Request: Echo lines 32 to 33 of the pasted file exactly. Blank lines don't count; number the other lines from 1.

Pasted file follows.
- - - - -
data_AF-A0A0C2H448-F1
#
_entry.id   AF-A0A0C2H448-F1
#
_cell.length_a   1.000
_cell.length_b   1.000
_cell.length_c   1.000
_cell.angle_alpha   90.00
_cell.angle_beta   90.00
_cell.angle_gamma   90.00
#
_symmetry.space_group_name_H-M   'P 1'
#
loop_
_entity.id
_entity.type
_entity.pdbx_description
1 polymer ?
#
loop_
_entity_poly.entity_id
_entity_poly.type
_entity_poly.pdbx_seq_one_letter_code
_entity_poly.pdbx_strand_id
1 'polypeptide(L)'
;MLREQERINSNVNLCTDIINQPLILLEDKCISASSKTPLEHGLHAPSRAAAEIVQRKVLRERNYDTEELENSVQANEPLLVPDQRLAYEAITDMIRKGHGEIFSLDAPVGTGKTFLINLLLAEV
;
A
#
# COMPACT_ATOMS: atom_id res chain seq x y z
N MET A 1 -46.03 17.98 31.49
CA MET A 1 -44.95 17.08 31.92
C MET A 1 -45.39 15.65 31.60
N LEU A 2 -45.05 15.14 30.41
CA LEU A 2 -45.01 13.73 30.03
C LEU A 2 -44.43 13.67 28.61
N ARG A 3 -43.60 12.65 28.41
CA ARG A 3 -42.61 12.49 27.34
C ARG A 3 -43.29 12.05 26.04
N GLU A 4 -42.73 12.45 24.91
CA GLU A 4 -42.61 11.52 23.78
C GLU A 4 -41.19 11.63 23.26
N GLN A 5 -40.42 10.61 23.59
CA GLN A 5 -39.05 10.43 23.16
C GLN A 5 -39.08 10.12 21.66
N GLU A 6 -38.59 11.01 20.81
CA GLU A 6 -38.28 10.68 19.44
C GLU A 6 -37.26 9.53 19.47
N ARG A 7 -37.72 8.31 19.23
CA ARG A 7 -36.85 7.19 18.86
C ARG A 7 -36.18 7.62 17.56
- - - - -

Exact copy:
CA MET A 1 -44.95 17.08 31.92
C MET A 1 -45.39 15.65 31.60